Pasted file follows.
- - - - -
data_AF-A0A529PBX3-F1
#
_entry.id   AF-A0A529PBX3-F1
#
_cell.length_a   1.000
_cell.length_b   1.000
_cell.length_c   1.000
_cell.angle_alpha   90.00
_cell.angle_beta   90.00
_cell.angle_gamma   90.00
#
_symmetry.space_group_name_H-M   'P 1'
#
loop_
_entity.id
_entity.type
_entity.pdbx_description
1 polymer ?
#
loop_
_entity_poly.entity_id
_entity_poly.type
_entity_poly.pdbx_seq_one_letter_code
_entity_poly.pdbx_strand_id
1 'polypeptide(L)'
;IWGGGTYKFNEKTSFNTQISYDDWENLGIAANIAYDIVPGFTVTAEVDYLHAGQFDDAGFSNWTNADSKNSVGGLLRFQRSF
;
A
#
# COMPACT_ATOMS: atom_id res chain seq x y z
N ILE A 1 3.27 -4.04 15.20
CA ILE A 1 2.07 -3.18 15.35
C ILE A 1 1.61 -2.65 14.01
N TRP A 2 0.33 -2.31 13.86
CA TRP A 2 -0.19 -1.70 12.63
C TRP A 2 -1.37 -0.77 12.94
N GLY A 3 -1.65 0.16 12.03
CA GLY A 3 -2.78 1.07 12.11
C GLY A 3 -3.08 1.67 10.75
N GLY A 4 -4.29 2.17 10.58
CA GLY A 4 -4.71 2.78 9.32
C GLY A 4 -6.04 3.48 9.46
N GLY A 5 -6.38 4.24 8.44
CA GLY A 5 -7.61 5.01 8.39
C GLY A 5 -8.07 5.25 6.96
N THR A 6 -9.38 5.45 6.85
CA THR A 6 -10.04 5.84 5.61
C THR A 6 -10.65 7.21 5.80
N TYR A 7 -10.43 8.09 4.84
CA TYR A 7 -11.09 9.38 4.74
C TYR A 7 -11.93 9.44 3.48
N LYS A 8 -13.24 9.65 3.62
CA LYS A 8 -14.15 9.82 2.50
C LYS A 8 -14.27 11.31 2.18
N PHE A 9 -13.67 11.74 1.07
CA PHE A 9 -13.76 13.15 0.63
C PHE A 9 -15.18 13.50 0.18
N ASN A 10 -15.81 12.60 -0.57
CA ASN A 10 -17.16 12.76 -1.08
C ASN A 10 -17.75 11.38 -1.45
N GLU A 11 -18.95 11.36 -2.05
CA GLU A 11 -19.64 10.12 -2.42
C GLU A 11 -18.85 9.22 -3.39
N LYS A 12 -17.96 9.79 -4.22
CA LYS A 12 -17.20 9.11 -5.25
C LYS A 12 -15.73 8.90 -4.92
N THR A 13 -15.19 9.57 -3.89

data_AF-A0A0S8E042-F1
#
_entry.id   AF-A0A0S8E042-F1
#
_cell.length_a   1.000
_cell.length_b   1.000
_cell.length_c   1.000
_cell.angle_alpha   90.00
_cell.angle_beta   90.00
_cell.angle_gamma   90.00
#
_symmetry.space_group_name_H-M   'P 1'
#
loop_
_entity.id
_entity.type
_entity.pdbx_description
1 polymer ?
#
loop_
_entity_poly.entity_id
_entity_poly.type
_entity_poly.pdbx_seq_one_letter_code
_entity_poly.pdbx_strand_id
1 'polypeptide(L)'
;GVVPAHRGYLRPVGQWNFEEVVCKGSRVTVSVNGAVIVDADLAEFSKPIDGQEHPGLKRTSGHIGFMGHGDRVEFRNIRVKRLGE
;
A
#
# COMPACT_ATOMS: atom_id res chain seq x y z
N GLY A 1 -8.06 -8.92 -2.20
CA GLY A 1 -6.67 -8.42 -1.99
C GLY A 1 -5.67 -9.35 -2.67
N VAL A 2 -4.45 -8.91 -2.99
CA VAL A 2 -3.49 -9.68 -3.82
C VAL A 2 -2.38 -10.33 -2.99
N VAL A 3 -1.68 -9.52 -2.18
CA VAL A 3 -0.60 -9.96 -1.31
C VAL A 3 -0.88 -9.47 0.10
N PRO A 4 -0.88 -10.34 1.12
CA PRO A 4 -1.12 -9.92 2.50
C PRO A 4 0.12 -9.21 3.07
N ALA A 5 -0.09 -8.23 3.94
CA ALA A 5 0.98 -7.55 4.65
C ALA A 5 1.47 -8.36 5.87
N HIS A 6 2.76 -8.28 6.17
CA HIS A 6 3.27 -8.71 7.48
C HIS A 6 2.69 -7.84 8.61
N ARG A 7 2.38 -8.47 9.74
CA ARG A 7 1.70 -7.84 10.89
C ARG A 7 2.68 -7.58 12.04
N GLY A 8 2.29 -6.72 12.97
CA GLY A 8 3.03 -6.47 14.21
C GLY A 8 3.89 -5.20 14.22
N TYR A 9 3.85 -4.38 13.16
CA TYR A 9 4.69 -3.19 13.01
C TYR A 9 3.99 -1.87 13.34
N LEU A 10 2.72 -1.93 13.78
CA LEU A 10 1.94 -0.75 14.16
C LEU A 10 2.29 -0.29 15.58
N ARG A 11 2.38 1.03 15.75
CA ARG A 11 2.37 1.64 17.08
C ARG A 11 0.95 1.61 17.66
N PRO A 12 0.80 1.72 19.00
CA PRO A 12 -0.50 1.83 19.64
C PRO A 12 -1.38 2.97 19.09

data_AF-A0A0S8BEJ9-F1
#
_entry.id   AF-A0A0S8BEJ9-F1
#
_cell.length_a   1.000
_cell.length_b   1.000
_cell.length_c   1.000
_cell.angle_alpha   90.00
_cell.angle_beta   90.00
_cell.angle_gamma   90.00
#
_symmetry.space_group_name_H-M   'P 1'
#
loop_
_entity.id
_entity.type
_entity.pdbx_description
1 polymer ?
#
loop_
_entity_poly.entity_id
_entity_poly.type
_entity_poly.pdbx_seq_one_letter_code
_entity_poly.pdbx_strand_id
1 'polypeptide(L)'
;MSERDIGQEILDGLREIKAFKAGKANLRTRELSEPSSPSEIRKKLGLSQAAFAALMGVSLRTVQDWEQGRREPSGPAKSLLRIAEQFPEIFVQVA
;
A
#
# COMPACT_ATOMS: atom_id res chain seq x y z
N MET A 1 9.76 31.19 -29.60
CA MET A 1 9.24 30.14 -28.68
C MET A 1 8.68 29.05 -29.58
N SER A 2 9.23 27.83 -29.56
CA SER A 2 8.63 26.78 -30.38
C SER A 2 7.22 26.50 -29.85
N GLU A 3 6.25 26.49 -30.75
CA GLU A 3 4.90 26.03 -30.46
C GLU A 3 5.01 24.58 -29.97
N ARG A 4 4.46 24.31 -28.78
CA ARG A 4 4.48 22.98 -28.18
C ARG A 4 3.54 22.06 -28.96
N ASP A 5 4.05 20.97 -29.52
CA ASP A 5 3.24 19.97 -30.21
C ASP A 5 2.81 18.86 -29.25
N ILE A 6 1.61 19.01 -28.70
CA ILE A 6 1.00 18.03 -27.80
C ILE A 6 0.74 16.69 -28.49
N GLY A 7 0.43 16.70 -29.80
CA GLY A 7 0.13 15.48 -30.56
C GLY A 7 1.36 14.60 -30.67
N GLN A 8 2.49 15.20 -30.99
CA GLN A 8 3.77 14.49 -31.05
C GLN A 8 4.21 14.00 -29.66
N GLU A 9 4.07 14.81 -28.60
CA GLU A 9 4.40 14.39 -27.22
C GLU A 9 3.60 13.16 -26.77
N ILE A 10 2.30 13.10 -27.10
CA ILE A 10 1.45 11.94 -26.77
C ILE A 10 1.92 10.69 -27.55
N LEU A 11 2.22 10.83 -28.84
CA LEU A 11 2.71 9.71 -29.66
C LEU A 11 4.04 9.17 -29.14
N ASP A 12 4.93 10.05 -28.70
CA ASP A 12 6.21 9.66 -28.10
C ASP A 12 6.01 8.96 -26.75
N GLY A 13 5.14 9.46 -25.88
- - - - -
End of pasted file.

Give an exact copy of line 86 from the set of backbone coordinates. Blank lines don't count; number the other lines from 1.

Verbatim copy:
#